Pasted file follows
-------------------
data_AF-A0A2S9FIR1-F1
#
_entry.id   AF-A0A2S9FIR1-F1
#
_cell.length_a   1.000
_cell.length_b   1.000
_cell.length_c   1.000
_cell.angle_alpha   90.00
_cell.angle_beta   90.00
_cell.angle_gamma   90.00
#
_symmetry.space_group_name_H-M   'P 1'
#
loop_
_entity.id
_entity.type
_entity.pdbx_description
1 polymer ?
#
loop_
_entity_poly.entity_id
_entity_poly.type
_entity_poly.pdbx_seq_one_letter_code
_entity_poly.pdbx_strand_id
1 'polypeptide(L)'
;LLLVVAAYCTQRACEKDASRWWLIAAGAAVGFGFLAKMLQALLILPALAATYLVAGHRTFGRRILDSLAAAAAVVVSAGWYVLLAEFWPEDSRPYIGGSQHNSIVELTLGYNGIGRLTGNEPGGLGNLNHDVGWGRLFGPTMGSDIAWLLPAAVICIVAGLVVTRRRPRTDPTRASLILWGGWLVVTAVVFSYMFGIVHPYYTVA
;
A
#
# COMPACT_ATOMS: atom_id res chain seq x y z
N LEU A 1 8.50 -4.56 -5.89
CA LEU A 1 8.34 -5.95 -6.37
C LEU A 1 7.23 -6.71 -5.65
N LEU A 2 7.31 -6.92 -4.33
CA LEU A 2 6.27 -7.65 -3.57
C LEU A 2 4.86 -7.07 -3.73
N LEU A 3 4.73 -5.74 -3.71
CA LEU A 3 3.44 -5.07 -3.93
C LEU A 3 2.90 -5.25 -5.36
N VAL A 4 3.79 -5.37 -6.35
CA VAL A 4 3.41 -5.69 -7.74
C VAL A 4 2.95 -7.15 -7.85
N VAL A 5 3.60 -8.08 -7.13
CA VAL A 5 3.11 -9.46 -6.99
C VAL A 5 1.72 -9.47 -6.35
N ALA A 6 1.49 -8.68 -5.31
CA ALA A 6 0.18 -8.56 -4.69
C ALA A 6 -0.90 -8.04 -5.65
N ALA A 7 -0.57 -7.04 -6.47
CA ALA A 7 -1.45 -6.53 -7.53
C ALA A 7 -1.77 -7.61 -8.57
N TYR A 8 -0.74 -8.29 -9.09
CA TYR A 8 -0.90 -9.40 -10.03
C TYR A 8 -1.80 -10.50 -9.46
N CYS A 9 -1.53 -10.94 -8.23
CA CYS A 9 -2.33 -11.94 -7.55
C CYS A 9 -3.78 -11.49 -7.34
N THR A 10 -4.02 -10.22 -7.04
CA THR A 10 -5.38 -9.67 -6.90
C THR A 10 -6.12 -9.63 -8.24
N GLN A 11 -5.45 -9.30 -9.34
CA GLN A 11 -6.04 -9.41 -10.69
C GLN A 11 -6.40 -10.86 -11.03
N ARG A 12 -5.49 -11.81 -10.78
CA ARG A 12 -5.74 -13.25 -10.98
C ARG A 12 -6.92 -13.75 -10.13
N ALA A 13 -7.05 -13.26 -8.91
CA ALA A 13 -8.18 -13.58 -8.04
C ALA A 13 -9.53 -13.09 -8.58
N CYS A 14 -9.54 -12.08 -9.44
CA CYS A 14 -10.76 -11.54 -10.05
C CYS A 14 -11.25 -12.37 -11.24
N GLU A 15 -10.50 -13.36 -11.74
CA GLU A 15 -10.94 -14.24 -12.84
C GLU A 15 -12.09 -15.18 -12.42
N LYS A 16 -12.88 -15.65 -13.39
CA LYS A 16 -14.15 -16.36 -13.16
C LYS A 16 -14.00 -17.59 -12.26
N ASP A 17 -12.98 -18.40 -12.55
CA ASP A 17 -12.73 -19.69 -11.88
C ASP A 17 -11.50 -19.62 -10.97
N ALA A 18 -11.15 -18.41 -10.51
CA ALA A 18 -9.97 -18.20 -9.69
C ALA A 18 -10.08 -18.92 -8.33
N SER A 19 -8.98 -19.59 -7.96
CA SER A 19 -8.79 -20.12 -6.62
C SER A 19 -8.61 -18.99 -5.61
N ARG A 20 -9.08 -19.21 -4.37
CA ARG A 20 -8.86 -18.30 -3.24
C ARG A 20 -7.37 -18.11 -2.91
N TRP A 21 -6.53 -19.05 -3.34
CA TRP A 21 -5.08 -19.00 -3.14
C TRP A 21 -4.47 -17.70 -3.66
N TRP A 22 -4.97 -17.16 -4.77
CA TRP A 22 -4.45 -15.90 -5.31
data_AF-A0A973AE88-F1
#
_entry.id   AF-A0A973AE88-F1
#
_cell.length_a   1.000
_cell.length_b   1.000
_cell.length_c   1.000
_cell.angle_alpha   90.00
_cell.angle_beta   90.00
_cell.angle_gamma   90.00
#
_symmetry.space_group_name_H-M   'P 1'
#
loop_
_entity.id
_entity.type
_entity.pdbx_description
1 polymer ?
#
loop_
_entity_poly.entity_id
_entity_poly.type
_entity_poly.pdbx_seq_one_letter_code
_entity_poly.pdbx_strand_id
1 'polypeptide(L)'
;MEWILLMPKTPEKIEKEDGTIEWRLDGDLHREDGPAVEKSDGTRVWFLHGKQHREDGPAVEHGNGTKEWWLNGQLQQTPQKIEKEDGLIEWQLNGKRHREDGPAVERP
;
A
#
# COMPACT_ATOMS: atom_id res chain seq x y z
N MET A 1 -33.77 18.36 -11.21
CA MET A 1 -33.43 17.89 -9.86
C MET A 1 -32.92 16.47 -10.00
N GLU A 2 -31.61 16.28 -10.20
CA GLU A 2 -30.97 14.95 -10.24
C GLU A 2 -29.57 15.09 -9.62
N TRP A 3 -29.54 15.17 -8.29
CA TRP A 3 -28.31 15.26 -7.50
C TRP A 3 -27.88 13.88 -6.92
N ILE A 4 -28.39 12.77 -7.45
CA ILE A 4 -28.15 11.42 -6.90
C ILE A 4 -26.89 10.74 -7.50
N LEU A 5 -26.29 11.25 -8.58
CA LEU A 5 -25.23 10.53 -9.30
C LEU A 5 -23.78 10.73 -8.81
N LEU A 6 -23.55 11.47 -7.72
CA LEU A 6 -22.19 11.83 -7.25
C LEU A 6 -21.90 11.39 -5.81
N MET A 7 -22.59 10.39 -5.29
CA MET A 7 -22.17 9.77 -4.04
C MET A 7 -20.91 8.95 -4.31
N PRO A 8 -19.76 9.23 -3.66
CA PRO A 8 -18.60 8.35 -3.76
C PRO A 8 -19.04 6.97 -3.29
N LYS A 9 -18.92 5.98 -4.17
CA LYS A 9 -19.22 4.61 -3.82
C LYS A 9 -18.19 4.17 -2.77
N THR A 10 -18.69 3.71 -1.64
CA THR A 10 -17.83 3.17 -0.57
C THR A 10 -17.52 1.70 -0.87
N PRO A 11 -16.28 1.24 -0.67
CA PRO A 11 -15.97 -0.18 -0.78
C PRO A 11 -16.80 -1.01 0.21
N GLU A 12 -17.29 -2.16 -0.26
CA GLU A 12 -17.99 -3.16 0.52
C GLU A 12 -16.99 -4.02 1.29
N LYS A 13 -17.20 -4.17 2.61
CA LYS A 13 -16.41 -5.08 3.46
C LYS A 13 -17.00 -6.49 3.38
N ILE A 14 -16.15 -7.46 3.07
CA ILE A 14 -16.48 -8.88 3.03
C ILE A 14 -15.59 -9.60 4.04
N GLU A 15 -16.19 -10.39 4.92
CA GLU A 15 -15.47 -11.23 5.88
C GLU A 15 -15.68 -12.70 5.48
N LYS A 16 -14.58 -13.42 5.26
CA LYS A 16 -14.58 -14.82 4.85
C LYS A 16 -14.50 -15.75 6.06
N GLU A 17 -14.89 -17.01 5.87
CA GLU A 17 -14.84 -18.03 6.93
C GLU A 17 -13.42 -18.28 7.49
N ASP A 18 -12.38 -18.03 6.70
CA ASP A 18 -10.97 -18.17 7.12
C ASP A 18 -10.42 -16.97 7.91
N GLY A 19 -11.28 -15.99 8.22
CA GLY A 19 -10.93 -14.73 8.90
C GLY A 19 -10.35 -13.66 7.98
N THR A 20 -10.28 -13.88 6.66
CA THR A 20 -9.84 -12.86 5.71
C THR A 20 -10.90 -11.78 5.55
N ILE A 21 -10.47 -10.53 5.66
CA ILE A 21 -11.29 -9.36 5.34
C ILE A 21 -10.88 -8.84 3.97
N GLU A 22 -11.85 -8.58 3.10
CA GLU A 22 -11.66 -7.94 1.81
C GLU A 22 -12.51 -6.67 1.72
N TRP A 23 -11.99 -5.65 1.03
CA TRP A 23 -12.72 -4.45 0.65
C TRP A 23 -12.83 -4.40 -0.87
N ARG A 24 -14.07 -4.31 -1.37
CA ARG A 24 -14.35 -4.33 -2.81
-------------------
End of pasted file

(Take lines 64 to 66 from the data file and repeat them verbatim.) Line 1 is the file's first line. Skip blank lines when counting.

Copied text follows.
N ARG A 12 -5.49 -11.81 -10.78
CA ARG A 12 -5.74 -13.25 -10.98
C ARG A 12 -6.92 -13.75 -10.13